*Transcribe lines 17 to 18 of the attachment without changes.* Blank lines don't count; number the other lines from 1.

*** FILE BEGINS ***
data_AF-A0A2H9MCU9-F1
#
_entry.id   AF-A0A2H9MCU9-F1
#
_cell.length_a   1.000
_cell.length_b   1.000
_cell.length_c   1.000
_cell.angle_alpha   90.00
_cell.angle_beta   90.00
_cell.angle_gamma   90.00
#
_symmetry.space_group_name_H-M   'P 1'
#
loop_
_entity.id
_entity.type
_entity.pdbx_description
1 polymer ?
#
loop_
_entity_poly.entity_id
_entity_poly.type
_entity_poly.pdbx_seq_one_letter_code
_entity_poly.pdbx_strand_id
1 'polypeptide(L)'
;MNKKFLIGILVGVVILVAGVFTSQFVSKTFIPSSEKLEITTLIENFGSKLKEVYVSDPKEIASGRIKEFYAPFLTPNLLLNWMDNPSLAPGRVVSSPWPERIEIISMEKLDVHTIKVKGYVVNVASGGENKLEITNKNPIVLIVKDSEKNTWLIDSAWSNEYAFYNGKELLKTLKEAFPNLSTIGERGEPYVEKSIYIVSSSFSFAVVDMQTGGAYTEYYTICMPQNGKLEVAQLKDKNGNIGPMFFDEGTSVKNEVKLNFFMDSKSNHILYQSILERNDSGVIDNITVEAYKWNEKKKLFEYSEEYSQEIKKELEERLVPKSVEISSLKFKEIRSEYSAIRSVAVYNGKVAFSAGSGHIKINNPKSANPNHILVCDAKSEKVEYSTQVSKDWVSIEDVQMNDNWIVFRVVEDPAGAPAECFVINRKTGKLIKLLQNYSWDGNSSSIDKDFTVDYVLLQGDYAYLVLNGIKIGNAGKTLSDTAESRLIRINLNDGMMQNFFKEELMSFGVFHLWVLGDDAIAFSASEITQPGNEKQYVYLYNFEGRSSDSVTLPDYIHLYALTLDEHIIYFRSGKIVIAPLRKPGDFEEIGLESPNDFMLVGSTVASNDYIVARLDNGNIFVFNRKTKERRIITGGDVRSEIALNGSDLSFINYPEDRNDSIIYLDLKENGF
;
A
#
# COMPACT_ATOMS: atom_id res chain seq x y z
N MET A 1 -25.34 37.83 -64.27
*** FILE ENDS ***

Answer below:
_entity.pdbx_description
1 polymer ?